“If you have patience, you can cook stone” goes the ancient African proverb. The adage hints at the “magical” abilities one possesses through imbibing this noble virtue. Gone are the days when the pace of humanity was the momentum of a horse or donkey pulling a cart or carriage. Picture about a hundred and something horses pulling a moving contraption, that’s where we are today.
Influenced by the pace of life and activity, there seems to be some form of hurry when doing the things we do. Technology has also increased this tendency with the speed at which gadgets and devices perform. Consequently, we have become a generation of instant gratification. There’s a profound immediacy to our needs, wants and desires.
Success that takes decades of work and effort to manifest, we crave for it in months, if not weeks. Skills that take years upon years of mastery to achieve, we want to wish it upon ourselves just like that. Nature doesn’t function that way.
The way the universe has been created, everything works according to fixed laws, which manifest in line with given periods. Just like there are periods of light and darkness, seasons of warmth and cold, there are time spans to different things in creation. Human existence is not excluded from this natural principle.
These days, patience has become so scarce. Judging by happenings, it’s clear to see people have very short fuses. We are not patient with ourselves talk less of being patient with others. Little wonder why there’s so much tension in the world. Disagreement and chaos almost everywhere because we’ve lost the patience required to tolerate ourselves.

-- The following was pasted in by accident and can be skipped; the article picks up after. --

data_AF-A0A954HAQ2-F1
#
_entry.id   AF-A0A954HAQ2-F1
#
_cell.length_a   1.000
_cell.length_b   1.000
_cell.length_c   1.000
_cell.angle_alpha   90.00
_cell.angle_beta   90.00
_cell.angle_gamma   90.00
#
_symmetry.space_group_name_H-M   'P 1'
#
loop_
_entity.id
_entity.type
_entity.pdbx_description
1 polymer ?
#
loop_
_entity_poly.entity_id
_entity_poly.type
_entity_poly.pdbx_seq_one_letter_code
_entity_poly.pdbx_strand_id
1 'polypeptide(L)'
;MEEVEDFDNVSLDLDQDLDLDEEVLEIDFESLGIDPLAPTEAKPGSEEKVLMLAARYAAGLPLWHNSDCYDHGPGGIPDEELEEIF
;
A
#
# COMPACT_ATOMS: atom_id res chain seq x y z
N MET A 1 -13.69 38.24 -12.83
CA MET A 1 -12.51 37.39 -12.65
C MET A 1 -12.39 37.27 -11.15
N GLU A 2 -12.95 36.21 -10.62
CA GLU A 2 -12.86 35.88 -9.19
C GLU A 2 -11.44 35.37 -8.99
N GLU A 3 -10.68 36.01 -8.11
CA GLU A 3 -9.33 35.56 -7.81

Like charity, patience too must begin from home. It starts with the self. Just how patient are we with ourselves when trying to learning a new skill? How often do we bear with our low resolve when unlearning a bad habit? How well do we handle the impatience, irritation and frustration that comes when looking for a frequently-used item that has gone missing? How well do we manage tension in traffic? How many can endure tedious tasks without whining or complaining? If we can’t be patient with ourselves, how can we be patient with others?
Sometimes, circumstances put us in a certain position where we have to wait. This is often a tasking process. In such times, we are faced with feelings of anxiety, doubt, pessimism, sometimes even frustration and despair.
The waiting game is one of the most difficult mental games to play. It tests the character in different ways. Faith and hope especially are put to the test. Sometimes the wait tarries so much that one may start to feel like “maybe I’ve waited too long.”
Being aware that everything has a process however, would help us prepare and condition our minds towards patiently observing the wait as the process unfolds. Everything still comes back to patience. Patience is the only way to win the waiting game. It means having the will and resilience to watch time and observe its patterns. Losing patience is like letting go of the trigger before locking in on the target. Misfiring is a must.
When anticipating something however, we need to know just what is involved. It’s easy to wallow in the wait and not be ready when what you are waiting for shows up. It’s important to know the difference between waiting and wasting time. We must know when to stay and when to act.
Seeking patience would help in avoiding most of the emotional battles we fight daily. It provides the introspection required to view the subtle reasons behind doubtful moments and trying times. Although patience doesn’t come easy to most, activities like art, crafting, fishing, meditation and others that involve introspection, self-discipline and calm, help one in learning the virtue overtime.
Patience is knowing time. Patience is a graceful walk. Patience teaches the individual to carry one’s self in a way that shows acceptance of and contentment with the moment. It reveals a certain peace in knowing that what must be must be, at the appointed time. It shows that the human spirit has transcended anxiety and desperation.